June 13, 2016 - Meghan LeBorious
“When we dance together, even when we dance near each other, I feel so good. It is like you bring out the spirit in me, somehow. You are like a little shaman.” This compliment, delivered by a friend after a recent Friday Night Waves class, was perhaps the nicest thing anyone has ever said to me. It made me very happy to hear not just “I love this thing about you”, but “I love the way you make me feel about me.”
During the week, one afternoon I got down to floor with my forehead touching the rug. I started to move through the spine and began to experiment, wondering how much movement I could find. I had been feeling constraint, but great undulating movements overtook me, originating in the spine and slowly whipping through my head, arms, and the rest of me, curving and twisting, prostrating emphatically and then rising again, the spine stacking and moving in all of its increments, and at once as a whole.
Jason Goodman guest-taught Tammy Burstein’s Friday Night Waves class this week. I enjoyed many of his musical selections and found it easy to move. Jason seemed to be drawing on multiple themes, but at the very end of the teaching interlude between the first and second waves, he briefly talked about partnering in a 5Rhythms class.
I thought about my friend’s generous compliment, and about my own way of relating to partnering. It is important, of course, to investigate both the state of being alone and to investigate the state of partnering. In a given class, many spontaneous partnerships may arise. The teacher might also suggest that everyone take a partner, with the understanding that we should turn to the person closest to us and enter into some kind of relationship—sometimes with specific suggestions by the teacher. I love to connect, love to see and be seen, love the many interesting insights that arise when I am happy with my partner, and, too, the insights that arise when I am not. Partnering also gives me the opportunity to be curious about when I am lead by intuition vs. when I am simply compelled to escape discomfort—for example in deciding whether or not to exit a partnership. For me, another thing about partnership is that I take on new ways of moving, sometimes leading to new insights, sometimes leading to creative inspiration, and sometimes leading to deepened empathy with my partners.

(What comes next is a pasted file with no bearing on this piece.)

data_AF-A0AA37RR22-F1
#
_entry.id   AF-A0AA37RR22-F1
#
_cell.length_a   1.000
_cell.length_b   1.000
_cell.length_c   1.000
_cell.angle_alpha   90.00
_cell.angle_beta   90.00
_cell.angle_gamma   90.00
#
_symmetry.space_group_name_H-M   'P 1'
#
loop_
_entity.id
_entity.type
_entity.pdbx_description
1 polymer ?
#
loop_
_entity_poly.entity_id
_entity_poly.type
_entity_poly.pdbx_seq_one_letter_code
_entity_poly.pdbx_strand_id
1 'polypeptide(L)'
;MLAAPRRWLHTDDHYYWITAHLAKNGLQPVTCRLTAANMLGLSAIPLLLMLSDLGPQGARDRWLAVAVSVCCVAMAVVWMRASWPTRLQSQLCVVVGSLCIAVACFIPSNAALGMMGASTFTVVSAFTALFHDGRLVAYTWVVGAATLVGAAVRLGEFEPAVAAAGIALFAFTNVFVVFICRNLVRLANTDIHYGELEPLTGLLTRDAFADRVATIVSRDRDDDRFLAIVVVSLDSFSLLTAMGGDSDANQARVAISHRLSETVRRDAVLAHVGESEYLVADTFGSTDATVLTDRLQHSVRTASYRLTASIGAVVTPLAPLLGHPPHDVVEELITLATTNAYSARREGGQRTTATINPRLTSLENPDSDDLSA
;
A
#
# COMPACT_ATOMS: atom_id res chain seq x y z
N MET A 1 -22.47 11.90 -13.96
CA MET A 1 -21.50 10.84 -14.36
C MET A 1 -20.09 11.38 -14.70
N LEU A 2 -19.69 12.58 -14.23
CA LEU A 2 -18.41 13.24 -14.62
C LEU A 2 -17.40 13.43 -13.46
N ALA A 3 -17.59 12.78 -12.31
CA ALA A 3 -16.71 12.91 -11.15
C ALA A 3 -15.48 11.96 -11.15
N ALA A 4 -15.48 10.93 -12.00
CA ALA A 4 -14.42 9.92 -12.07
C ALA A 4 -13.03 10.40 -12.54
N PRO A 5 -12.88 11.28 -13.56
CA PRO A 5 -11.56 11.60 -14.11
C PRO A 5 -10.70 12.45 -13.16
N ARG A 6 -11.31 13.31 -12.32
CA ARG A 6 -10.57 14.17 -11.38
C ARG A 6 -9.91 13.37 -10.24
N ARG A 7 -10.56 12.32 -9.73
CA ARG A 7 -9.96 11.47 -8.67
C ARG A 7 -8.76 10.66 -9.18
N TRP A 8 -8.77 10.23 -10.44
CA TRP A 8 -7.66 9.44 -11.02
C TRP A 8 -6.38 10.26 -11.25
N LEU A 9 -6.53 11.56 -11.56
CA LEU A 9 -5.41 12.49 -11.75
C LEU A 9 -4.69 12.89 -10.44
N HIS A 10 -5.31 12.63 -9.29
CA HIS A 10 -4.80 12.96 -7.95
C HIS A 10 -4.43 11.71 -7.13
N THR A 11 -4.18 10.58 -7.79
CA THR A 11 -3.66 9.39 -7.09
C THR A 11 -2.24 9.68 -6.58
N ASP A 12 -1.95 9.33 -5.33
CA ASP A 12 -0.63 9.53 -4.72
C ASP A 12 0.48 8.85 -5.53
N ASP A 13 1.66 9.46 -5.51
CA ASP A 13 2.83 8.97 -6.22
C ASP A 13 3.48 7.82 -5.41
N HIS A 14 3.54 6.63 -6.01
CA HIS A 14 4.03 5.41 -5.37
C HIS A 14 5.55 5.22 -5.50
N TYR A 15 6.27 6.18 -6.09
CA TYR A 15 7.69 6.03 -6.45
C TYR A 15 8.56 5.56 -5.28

A personal practice that is part of my own 5Rhythms path is to say internally to each partner, “I see you there; and I am grateful for it,” a practice that is adapted from a teaching by Thich Nhat Hanh. I wonder if what my friend expressed might not be related to this practice—my secret magic formula.
I have been experiencing back pain for the first time in my life; and it has me worried—afraid, even. Whenever I feel pain, I fear that I will lose the ability to dance. During Friday’s class, I had no pain, but I was careful to move gently, staying out of my extreme edges, careful not to cross-step behind myself too far, careful not to twist too emphatically on the floor, careful not to step deeply and sharply at once. Sometimes this very softness, this conscious holding back, opens unexpected doors.
On Friday, I was happy. I realize that a majority of the time that I am dancing, I am really, really happy. Beaming, little-flowers spontaneously-growing-where-you-step, the-room-is-filled-with-angels-and-I-am-one-of-them, leaping-and-sailing, life-is-perfect kind of happy. On Friday, for the first time this year, it was hot enough that everyone in the room was slick with sweat, indicating that my favorite season has arrived, which made me even happier.
There are also plenty of times that I am not happy at all. It is ok with me, that I am not always happy. It is only through accepting whatever arises that I find my way to joy—the real joy that arrives, uncontrived. Curiously, it seems to be through delighting in the people around me that joy is most likely to open up, not because I set out to be happy, and not because I think it is a measure of my practice.
June 1, 2016, Brooklyn, NYC